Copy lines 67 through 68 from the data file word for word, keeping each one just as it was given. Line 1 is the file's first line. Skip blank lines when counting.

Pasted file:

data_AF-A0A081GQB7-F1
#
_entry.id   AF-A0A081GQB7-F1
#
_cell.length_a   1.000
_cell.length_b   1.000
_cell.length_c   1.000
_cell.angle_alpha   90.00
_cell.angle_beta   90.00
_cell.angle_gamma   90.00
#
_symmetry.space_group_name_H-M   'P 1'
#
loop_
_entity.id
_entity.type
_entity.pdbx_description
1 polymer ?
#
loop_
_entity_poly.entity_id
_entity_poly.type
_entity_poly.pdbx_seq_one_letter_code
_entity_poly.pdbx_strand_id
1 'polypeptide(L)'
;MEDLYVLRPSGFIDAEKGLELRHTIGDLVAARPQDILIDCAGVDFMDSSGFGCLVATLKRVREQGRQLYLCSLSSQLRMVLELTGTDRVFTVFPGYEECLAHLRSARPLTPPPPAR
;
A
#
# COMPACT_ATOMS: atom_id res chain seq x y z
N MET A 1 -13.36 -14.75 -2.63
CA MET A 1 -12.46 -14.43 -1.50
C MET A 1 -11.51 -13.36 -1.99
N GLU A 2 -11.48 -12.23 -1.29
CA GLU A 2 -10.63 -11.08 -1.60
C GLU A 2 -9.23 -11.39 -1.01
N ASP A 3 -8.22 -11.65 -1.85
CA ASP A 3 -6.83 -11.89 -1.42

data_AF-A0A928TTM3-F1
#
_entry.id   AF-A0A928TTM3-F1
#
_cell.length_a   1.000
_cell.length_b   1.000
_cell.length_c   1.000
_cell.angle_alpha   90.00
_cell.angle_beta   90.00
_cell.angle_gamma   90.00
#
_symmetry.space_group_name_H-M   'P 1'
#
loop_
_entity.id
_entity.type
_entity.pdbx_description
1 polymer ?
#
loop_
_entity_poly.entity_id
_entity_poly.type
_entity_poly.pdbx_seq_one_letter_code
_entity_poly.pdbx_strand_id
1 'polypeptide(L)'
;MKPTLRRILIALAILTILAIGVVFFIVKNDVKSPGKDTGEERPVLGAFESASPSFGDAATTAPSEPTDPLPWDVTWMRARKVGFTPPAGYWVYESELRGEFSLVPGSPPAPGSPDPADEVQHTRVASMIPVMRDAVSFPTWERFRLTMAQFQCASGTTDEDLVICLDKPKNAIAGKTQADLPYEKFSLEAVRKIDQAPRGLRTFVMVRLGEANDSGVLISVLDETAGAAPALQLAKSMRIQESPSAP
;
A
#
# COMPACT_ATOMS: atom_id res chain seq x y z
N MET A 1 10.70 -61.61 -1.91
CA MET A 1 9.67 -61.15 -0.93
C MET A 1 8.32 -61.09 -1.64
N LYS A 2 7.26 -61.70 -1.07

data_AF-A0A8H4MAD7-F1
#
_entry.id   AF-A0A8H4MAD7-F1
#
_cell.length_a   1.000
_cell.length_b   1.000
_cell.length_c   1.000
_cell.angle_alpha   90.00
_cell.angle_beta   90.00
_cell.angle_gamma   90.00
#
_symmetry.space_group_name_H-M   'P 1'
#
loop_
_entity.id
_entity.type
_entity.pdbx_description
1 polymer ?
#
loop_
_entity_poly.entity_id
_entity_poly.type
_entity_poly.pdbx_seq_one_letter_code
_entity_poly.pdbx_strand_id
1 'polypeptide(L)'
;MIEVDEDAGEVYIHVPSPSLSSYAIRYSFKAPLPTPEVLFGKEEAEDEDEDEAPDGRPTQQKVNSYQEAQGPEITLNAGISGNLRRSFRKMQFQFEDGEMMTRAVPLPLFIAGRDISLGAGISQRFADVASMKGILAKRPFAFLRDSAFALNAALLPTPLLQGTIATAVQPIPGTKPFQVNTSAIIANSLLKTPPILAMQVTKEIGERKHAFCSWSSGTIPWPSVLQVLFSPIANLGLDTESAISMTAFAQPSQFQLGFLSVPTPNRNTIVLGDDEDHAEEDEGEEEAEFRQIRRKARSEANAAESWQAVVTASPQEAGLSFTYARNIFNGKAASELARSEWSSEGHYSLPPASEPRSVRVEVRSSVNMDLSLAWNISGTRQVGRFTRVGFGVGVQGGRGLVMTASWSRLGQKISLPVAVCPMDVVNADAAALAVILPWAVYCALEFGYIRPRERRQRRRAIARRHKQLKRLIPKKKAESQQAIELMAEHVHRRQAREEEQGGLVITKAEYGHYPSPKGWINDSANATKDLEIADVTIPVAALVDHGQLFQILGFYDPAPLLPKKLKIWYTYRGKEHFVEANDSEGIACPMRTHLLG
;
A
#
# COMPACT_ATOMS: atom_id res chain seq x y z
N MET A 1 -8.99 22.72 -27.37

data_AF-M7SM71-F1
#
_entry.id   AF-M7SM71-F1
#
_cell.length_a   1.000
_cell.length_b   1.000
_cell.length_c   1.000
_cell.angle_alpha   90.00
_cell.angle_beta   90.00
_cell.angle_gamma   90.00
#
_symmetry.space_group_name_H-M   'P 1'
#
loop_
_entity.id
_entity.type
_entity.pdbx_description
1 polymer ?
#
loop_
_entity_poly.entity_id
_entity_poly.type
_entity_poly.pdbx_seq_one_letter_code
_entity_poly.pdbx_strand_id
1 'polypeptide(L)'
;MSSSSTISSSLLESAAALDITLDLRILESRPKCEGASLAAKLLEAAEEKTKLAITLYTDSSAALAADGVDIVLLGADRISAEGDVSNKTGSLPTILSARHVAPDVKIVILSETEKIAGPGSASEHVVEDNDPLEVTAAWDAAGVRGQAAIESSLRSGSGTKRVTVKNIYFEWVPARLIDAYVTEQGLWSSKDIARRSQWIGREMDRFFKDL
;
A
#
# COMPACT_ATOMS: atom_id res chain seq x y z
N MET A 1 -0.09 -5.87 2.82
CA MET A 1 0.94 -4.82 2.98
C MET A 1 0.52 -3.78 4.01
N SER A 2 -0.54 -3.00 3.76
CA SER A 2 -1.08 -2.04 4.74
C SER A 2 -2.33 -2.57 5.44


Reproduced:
#
# COMPACT_ATOMS: atom_id res chain seq x y z